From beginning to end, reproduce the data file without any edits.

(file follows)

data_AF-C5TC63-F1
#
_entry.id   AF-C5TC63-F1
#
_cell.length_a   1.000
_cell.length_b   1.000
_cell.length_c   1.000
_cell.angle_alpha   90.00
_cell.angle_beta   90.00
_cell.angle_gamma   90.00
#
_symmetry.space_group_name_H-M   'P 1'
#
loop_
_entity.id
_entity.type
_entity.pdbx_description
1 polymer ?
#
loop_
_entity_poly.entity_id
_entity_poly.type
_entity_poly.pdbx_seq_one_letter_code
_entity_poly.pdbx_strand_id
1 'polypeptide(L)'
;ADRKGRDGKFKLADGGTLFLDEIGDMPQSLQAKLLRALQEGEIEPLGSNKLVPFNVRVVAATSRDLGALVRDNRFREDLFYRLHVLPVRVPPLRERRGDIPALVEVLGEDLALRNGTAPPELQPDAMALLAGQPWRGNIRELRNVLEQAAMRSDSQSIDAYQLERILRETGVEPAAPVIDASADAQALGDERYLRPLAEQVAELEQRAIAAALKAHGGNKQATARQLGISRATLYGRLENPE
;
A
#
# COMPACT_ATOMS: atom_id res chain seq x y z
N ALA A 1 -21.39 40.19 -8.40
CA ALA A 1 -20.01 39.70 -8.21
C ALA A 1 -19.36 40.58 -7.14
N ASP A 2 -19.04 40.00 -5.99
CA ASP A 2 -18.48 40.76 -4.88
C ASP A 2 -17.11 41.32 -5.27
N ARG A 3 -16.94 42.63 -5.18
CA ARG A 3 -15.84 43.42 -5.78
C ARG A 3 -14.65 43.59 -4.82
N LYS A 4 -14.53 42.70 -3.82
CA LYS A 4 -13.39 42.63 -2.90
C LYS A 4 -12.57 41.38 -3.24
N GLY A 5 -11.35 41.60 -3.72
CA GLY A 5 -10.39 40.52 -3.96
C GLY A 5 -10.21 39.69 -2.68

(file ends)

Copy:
data_AF-C5TC63-F1
#
_entry.id   AF-C5TC63-F1
#
_cell.length_a   1.000
_cell.length_b   1.000
_cell.length_c   1.000
_cell.angle_alpha   90.00
_cell.angle_beta   90.00
_cell.angle_gamma   90.00
#
_symmetry.space_group_name_H-M   'P 1'
#
loop_
_entity.id
_entity.type
_entity.pdbx_description
1 polymer ?
#
loop_
_entity_poly.entity_id
_entity_poly.type
_entity_poly.pdbx_seq_one_letter_code
_entity_poly.pdbx_strand_id
1 'polypeptide(L)'
;ADRKGRDGKFKLADGGTLFLDEIGDMPQSLQAKLLRALQEGEIEPLGSNKLVPFNVRVVAATSRDLGALVRDNRFREDLFYRLHVLPVRVPPLRERRGDIPALVEVLGEDLALRNGTAPPELQPDAMALLAGQPWRGNIRELRNVLEQAAMRSDSQSIDAYQLERILRETGVEPAAPVIDASADAQALGDERYLRPLAEQVAELEQRAIAAALKAHGGNKQATARQLGISRATLYGRLENPE
;
A
#
# COMPACT_ATOMS: atom_id res chain seq x y z
N ALA A 1 -21.39 40.19 -8.40
CA ALA A 1 -20.01 39.70 -8.21
C ALA A 1 -19.36 40.58 -7.14
N ASP A 2 -19.04 40.00 -5.99
CA ASP A 2 -18.48 40.76 -4.88
C ASP A 2 -17.11 41.32 -5.27
N ARG A 3 -16.94 42.63 -5.18
CA ARG A 3 -15.84 43.42 -5.78
C ARG A 3 -14.65 43.59 -4.82
N LYS A 4 -14.53 42.70 -3.82
CA LYS A 4 -13.39 42.63 -2.90
C LYS A 4 -12.57 41.38 -3.24
N GLY A 5 -11.35 41.60 -3.72
CA GLY A 5 -10.39 40.52 -3.96
C GLY A 5 -10.21 39.69 -2.68